prev up next

8) Nested rule selection

Here is a program that sets up a system of a customer using a bank account:

#main ==

 deposit(n) | balance+=n;
    n<=balance |>=, balance-=n;
    :          |>#

 | Screen.fwrite("Command: ").readString->comm
    comm="d" || Screen
                  .fwrite("Deposited $">+amount)
    comm="w" || Screen.readInt->amount,
                : Screen.fwrite("Withdrew $">+amount).nl;
                : Screen.fwrite("Insufficient funds\n");
    comm="b" || Screen.fwrite("Balance is $">+Acc.balance).nl;
    comm="q" |||;
    :        || Screen.fwrite("Invalid command\n");
The bank account is an object. In this case, withdraw messages return a boolean value saying whether the withdrawal was successful, and the account does not allow withdrawals which would make the account balance negative. The balance is initialised to 0 when the account is set up.

A customer procedure here has no return value. It consists simply of a loop which repeatedly sends messages to two objects, one the screen with which it interacts, the other the bank account. Although it has a single rule, this rule has a single bar. The rule's lhs is empty, which means that it is always applicable. Thus it would appear a call to the customer procedure would loop forever. The reason it does not is that it has an inner set of selection rules, one of which is triple-barred.

The scope of the fields Screen and Acc extend into the inner rule set. An additional field, comm is given a value as a local variable to the single rule and passed into the inner rule set. This stores a command read in from the screen. There is a different inner rule for each command, plus a default enabling the system to deal with anything which is not a valid command.

Once a customer process has used its single outer rule it waits for a command to be typed and read and responds through the appropriate inner rule. When an inner rule is double-barred, after responding to it the process reverts to its original state where it can use its outer rule. However when an inner rule is triple-barred, after responding using it the process halts. In general, when a process is responding to a set of rules, if the rule it uses is single barred, after responding it remains in a state where it continues to respond to those rules. If it responds to a double-barred rule, it moves back to responding to the enclosing set of rules, or halts if the rules were the outermost set of rules. If the rule is triple-barred it goes back through two sets of enclosing rules, or halts if there is only one. In other words, if there are n bars, the process moves back through n-1 sets of enclosing rules.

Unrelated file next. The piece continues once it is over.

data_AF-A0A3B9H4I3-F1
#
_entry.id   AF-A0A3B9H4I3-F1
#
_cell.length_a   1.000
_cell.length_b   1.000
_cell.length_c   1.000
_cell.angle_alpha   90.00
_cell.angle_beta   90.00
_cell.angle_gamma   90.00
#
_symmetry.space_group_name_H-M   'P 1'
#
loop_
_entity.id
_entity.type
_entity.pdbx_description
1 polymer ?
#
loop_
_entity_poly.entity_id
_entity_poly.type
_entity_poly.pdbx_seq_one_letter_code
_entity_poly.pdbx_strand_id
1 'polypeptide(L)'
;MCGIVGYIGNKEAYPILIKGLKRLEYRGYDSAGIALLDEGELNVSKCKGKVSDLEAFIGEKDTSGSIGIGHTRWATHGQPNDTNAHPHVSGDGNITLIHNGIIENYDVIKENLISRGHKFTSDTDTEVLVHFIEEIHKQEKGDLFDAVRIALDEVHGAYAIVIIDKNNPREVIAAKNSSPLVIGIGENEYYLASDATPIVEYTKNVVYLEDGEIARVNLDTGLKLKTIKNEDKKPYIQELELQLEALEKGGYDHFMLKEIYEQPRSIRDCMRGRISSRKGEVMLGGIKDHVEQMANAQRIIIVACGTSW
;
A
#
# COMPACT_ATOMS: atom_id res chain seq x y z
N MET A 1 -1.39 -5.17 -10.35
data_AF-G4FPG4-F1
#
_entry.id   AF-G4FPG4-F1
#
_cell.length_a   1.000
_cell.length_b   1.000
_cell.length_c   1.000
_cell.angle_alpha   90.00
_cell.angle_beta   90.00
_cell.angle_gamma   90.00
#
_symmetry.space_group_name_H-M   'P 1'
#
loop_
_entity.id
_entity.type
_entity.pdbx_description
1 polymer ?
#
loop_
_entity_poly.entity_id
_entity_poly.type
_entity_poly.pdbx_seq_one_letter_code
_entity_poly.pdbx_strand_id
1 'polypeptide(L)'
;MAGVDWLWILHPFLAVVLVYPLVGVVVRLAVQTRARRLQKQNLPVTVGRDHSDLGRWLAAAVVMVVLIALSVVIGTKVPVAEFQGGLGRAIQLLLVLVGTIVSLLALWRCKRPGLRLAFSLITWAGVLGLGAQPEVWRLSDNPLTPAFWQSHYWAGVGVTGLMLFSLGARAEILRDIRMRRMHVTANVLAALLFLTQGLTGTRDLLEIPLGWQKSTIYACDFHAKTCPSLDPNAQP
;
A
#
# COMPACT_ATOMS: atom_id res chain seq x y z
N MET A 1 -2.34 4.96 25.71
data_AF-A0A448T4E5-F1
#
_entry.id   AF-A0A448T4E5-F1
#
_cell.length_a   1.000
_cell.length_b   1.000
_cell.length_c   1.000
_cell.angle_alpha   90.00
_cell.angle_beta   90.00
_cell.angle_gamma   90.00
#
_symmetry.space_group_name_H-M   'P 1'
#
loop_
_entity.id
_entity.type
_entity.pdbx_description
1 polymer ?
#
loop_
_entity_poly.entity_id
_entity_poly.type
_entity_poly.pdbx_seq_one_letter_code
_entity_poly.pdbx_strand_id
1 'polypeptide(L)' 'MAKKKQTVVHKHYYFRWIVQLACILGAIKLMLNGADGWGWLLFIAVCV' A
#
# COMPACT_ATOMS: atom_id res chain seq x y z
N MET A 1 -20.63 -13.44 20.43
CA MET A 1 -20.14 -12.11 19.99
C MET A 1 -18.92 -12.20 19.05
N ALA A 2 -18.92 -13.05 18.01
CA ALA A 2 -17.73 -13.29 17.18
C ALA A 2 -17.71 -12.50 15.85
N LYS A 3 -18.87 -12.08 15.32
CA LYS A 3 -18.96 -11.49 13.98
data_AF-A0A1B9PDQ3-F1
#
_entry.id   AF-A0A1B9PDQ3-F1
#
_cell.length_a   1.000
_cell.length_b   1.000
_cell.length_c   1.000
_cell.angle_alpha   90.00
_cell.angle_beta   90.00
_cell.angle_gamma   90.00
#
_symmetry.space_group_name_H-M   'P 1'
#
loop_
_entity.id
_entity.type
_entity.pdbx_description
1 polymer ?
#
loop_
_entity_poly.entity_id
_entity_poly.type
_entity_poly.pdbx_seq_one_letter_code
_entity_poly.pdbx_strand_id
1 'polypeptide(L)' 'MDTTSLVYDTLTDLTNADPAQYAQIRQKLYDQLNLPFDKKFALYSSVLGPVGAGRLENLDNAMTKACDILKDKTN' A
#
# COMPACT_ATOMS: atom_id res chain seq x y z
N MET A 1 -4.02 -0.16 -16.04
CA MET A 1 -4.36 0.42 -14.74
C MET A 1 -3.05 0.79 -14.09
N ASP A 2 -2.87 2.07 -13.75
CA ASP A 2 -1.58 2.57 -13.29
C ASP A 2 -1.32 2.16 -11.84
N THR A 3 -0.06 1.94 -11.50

The interface is crude, with simple one-letter commands to deposit and withdraw amounts (the amount is typed in as a number following the command letter), and to print the balance and quit. A future development of Aldwych would give it a graphical user interface library, but for the purpose of these examples we are keeping to text interface.

The above example did not give a case of a single-bar rule in the enclosing rules, but a modified version shows it. The customer procedure above is not robust because it cannot handle the case where a non-numerical string is typed in when a number is required as the amount to be deposited or withdrawn. Aldwych responds in this case by returning the constant error rather than a number. Here is a version of customer which handles that by printing an error message and asking the user to enter a figure correctly:

 1 #customer(Screen,Acc)=
 2 {
 3  | Screen.fwrite("Command: ").readString->comm
 4   <(comm)
 5   {
 6    comm="d" | Screen.readInt->amount 
 7               <(amount)
 8               {
 9                amount=error | 
10                      Screen.fwrite("Please enter a number only: ")
11                            .skip
12                            .readInt->amount;
13                 : ||| Screen.fwrite("Deposited $">+amount).nl,
14                       Acc.deposit(amount);
15                }
16     comm="w" | Screen.readInt->amount,
17                <(amount)
18                {
19                 amount=error |
20                      Screen.fwrite("Please enter a number only: ")
21                            .skip
22                            .readInt->amount;
23                 : ||| <(amount)
24                       ?Acc.withdraw(amount)
25                       : Screen.fwrite("Withdrew $">+amount).nl;
26                       : Screen.fwrite("Insufficient funds\n");